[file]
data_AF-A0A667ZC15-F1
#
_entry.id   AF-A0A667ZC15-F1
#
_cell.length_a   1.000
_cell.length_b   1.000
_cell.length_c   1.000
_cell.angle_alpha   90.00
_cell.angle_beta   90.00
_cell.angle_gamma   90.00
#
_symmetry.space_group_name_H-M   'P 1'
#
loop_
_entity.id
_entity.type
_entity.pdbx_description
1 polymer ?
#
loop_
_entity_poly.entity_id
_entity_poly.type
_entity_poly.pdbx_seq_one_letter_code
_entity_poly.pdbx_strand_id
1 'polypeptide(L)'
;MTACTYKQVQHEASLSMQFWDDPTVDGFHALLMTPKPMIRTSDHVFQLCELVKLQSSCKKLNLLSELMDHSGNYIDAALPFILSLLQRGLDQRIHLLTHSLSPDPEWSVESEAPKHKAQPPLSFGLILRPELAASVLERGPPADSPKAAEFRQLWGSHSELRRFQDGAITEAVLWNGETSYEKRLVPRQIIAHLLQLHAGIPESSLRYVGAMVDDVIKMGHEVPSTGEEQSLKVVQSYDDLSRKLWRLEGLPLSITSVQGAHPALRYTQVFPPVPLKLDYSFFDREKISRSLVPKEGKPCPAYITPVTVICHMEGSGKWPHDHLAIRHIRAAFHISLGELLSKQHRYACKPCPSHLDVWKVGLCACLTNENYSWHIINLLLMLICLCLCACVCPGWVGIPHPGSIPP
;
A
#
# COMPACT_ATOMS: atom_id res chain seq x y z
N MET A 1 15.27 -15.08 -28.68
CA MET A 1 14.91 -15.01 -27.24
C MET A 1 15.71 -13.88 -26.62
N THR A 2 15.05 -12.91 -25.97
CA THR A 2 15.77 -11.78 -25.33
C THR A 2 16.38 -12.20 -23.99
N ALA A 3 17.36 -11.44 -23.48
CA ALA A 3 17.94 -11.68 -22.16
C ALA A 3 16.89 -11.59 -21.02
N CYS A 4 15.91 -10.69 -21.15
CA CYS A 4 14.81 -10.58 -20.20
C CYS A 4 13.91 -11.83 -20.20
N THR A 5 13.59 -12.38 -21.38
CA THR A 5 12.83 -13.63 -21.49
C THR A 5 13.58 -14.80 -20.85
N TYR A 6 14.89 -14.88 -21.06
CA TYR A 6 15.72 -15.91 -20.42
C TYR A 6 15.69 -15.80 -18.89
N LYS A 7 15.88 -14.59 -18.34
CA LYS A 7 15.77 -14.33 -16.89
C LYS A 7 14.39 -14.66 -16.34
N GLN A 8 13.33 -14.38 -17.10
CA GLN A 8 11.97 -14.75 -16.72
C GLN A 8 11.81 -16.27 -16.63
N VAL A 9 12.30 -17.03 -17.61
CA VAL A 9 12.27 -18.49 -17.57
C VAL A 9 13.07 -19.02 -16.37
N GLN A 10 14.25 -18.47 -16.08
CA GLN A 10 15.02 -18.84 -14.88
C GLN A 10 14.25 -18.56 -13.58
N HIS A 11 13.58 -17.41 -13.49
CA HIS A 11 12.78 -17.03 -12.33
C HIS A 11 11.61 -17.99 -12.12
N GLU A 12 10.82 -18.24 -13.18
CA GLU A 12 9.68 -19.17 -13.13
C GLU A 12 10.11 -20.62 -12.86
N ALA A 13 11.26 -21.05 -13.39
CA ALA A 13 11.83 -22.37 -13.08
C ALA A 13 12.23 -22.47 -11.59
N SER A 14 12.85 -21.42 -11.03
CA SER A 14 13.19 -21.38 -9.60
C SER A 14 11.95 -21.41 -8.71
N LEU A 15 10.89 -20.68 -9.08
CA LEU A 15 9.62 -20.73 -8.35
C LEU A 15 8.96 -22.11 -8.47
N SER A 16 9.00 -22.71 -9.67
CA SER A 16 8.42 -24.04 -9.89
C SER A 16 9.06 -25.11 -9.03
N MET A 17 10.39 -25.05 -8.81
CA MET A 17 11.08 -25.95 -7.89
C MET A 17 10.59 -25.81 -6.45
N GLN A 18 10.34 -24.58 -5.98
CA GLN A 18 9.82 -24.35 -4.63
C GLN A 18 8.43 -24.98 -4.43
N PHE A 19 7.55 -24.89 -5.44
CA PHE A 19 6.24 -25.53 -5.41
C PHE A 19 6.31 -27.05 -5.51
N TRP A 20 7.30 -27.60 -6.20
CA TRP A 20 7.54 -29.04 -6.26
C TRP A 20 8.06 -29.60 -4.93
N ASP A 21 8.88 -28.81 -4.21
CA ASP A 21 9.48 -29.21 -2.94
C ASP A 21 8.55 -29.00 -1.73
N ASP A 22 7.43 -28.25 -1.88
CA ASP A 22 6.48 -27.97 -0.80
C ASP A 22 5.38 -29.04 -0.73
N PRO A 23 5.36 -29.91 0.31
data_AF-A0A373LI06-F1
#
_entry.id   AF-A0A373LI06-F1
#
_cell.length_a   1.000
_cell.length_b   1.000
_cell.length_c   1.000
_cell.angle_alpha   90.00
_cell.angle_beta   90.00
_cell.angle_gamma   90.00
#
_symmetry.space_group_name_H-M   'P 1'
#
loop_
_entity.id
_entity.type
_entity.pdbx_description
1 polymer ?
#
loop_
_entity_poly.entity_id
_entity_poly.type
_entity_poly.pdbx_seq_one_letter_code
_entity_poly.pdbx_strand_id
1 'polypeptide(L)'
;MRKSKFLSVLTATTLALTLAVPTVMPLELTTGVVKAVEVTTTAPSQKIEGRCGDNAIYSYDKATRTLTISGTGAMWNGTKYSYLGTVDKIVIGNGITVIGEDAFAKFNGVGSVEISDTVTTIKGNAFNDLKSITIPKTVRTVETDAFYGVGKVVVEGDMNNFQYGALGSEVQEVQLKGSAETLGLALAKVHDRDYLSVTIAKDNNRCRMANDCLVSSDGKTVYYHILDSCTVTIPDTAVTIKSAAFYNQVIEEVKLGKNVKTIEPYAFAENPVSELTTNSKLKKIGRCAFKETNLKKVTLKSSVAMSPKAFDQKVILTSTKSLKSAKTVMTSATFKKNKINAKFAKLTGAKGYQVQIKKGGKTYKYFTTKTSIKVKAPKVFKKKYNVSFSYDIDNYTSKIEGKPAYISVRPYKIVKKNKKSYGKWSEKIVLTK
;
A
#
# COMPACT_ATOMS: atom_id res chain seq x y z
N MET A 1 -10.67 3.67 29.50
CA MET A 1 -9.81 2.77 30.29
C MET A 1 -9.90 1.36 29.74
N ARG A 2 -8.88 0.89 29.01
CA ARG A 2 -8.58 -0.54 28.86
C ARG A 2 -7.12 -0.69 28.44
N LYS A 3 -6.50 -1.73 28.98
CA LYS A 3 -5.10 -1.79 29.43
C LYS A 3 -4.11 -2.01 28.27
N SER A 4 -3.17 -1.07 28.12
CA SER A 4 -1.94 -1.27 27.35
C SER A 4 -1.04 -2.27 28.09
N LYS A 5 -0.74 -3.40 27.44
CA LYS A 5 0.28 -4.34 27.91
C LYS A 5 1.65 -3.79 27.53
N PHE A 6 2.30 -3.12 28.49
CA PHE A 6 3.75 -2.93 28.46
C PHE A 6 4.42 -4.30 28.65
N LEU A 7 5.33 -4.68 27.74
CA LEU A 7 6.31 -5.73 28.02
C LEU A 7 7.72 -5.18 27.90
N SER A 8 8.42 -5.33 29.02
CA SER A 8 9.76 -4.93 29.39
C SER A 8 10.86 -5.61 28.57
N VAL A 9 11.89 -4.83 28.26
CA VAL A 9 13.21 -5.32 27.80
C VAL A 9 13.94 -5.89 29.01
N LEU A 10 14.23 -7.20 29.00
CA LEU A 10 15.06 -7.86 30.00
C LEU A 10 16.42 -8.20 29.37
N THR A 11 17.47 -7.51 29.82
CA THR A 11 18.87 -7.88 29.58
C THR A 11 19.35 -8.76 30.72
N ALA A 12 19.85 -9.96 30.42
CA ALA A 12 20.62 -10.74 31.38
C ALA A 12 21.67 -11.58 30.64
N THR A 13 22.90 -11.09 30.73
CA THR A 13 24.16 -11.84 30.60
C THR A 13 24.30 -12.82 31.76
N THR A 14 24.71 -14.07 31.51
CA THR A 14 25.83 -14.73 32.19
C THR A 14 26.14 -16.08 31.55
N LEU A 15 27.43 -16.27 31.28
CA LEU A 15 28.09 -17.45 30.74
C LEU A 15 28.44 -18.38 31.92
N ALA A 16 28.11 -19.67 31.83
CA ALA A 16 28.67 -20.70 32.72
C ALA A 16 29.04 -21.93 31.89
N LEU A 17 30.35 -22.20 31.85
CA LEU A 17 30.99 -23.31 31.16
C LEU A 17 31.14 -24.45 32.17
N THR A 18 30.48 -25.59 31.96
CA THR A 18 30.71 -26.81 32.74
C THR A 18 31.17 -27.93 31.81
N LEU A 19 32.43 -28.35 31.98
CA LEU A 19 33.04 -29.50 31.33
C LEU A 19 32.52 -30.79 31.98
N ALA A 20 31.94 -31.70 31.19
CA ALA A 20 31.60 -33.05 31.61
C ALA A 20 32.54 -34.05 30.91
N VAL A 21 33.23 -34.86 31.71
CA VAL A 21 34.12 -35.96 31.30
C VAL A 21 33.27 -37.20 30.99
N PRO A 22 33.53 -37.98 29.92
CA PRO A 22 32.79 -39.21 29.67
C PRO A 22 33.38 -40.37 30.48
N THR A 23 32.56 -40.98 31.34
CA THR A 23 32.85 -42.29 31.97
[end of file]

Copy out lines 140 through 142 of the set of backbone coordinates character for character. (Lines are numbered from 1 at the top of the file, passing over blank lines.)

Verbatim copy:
N LYS A 5 -0.74 -3.40 27.44
CA LYS A 5 0.28 -4.34 27.91
C LYS A 5 1.65 -3.79 27.53